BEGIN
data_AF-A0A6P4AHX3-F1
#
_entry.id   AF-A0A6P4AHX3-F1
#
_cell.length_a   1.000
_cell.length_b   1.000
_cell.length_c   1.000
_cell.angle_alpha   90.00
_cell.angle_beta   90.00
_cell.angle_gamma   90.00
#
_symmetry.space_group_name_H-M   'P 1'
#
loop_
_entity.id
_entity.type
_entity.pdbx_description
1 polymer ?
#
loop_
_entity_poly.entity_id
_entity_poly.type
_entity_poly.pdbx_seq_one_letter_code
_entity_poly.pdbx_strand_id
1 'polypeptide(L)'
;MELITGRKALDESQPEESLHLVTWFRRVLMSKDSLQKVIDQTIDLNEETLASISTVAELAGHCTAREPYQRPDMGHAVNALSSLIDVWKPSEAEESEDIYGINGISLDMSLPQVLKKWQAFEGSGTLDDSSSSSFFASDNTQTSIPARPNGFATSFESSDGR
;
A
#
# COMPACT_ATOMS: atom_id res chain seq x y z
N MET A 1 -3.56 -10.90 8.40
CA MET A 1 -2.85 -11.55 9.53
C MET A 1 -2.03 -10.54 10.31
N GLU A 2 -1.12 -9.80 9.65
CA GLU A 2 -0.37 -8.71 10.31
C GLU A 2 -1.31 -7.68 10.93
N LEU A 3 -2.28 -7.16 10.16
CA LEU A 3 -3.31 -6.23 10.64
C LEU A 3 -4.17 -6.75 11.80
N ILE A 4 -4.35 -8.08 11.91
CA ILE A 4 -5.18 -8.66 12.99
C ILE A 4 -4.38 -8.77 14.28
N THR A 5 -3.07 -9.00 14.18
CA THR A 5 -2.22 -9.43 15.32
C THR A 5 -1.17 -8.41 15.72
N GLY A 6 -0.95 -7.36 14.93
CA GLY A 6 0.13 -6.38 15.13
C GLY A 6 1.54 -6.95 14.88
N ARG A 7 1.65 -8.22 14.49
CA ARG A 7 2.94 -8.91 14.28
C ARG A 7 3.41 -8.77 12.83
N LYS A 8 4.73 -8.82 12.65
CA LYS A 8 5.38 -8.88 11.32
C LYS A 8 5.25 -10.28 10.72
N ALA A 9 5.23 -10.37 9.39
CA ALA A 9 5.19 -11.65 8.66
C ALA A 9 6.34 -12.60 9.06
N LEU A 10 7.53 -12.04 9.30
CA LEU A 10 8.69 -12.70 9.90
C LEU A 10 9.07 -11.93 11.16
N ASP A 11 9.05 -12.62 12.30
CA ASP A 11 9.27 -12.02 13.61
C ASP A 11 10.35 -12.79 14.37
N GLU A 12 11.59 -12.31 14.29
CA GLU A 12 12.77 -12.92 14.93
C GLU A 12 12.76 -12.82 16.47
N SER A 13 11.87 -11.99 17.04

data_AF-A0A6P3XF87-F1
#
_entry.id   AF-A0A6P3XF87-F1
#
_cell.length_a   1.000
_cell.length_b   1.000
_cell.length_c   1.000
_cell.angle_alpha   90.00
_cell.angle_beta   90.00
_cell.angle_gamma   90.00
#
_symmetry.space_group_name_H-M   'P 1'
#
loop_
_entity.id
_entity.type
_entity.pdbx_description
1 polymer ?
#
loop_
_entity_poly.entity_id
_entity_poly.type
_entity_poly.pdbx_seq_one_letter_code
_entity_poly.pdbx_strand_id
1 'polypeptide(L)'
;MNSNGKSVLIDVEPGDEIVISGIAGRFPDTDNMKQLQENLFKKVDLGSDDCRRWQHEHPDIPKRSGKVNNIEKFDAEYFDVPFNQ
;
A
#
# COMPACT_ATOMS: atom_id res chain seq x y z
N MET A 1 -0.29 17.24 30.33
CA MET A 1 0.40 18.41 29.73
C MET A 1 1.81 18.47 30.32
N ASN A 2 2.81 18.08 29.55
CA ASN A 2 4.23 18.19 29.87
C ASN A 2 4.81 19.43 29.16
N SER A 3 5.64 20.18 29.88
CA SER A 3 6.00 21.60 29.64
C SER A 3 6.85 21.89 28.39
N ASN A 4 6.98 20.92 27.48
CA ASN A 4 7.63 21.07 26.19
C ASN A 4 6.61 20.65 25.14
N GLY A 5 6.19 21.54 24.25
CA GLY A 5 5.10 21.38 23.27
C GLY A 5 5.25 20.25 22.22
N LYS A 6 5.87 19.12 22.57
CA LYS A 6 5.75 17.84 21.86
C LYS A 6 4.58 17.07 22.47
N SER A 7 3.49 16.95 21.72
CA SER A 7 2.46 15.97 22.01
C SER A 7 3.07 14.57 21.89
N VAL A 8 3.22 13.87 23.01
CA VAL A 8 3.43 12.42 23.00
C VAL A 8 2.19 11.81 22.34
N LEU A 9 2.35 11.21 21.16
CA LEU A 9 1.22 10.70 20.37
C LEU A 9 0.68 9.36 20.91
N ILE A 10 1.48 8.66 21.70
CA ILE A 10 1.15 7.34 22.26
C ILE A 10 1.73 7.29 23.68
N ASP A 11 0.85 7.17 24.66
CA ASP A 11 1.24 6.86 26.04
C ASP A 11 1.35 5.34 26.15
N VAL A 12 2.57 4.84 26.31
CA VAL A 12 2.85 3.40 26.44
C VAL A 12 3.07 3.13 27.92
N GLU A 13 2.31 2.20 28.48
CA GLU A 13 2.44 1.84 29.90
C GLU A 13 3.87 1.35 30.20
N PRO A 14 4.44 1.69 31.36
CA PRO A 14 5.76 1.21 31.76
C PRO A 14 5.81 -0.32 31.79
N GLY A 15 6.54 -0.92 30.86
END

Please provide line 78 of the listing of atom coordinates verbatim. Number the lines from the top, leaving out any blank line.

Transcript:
#